The General – An Origin Story

Posted On: December 14, 2018 |
New run The General
The name of Big White Ski Resort’s newest run – The General – may seem an odd choice, but those of you who have been around the mountain for a long time will know it’s a name rooted in history.

For 44 years, Jeremy “The General” Hopkinson, Big White’s Director and Vice President of Outdoor Operations, has been a fixture at the resort. And now, just years from retirement, his commitment to everything Big White is being recognized – and done so in a way that honours a sport he loves.

“I’m pleased,” Hopkinson says. “It’s kind of like a legacy that gets to be left. And it’s obscure. I like that better. Nobody really knows what ‘The General’ really is.”

This nickname has been around for nearly 30 years, and while Hopkinson says it’s because he is, as he describes, “ornery,” it reportedly stems from an incident in the late 80s. The Alpine T-bar was being moved to its current position, and Hopkinson’s team was digging the footings for the new towers. At some point, Hopkinson stood on a rock and began relaying orders to the crew. One of his workers started calling him The General – and, it stuck. Since then, the nickname has become a one of respect: admiration for a boss whose wealth of experience has, time and time again, made him the go-to person on the mountain. 

 “Someone will ask me something, and I’ll say, ‘What does the General want?” says Eric “Bobo” Bobert, the lead hand of Mountain Operations. Bobo has worked on the hill for 27 seasons and says when it comes to outdoor operations, Hopkinson’s opinion is the one that matters most. 

“He takes care of everything outside, and we do what he wants us to do. We make it look and act how he wants it to look and act. We are all people in the army, and he’s our general. He’s in charge. It’s that simple.”

Jeremy Hopkinson
Jeremy "The General" Hopkinson has been working at Big White for 44 years.

Nineteen-year-old Hopkinson took a job on the mountain as a labourer in the summer of 1975. He helped build a lift called the Easter Chair – which was moved in the mid-80s and replaced in the early-90s – as well as the old day lodge, the Alpine Centre, which no longer exists. 

That winter, he stayed on as a lift attendant and by 1979, had worked his way up to Vehicle Maintenance Manager. “I basically grew up here,” he says.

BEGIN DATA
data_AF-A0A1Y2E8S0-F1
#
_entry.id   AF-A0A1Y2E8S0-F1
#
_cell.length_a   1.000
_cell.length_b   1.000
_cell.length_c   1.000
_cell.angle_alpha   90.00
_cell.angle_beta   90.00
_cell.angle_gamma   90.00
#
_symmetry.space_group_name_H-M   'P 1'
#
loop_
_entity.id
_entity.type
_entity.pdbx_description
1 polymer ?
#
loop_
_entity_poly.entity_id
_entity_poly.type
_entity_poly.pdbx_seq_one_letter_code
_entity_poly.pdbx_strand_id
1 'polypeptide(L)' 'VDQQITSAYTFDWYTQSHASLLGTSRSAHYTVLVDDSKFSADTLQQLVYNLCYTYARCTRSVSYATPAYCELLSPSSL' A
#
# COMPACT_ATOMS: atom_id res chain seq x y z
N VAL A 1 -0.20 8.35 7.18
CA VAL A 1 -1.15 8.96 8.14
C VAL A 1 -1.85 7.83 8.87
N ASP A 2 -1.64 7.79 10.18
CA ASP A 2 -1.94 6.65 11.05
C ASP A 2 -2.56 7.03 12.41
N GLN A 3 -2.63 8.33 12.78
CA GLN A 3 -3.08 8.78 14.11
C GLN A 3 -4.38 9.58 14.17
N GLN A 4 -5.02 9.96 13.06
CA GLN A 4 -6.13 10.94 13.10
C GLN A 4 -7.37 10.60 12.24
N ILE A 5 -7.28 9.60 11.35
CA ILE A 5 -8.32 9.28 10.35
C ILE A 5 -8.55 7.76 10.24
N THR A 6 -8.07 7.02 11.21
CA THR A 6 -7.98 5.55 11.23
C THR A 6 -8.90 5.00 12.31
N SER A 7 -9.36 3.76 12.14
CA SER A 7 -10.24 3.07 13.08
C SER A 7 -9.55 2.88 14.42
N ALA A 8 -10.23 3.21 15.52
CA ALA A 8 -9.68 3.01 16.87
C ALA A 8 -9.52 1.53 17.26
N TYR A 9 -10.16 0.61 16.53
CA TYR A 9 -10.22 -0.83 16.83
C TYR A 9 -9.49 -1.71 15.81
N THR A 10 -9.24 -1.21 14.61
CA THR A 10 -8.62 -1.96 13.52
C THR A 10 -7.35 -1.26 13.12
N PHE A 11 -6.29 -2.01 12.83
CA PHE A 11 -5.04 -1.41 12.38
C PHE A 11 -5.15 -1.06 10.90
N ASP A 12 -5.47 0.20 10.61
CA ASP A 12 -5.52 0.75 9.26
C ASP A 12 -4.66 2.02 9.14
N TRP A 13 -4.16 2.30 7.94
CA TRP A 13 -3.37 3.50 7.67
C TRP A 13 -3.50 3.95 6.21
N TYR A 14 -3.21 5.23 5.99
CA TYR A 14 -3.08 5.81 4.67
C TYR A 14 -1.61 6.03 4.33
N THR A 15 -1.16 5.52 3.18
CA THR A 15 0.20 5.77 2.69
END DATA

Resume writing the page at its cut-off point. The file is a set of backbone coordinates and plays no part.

It was in 1979 the resort installed the original Powder Triple Chair. There was debate over where the lift would be placed, but eventually, it found it’s home just slightly off of where the new Powder 2.0 Quad Chair, which opened December 14, 2018, currently sits.

There were two things that made the original alignment less than perfect: the fact that when skiers and boarders unloaded, they had to go up a hill to reach the west side of the mountain; and, that it never had ski-under clearance, meaning the lift line would never be a legitimate run.

The new alignment was an option considered back in 1979, and one supported by Hopkinson. “It’s like everything,” he says, “you build something, you put it together, and then you go, ‘Gee, I wish I would have tweaked it a little bit. 

“So that’s what we’ve done. We’ve tweaked it a little bit.”

ribbon cutting of new powder chair
Eric Bobert and Jeremy Hopkinson (first and second from the left) help Big White's President and CEO Peter Plimmer (centre) cut the ceremonial ribbon, officially opening the new Powder 2.0 Quad Chair. Photo taken December 14, 2018


At the time the old Powder Chair was installed, the lift line had the best fall line – meaning the path a beach ball would take if you let it go at the top of the run – of all the runs off that lift.

With the new alignment, and now a name, the lift line is officially a run. A black diamond, The General is not a groomer – it’ll be similar to Flagpole, says Hopkinson. It’s steep. It’s narrow. It has beautiful glades on either side. And it’s fun.

With this brand new chair, and now, 119 runs, Big White has grown exponentially since Hopkinson started over four decades ago. And even though the mountain has become a “bit of a player, it’s still considered small,” he says. “It’s still got the feel; it’s got the family.” 

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  • @BigWhite

    We are catching some #freshies this morning to stave of those #MondayBlues. 27 cm of fresh #okanaganchampagnepowder…

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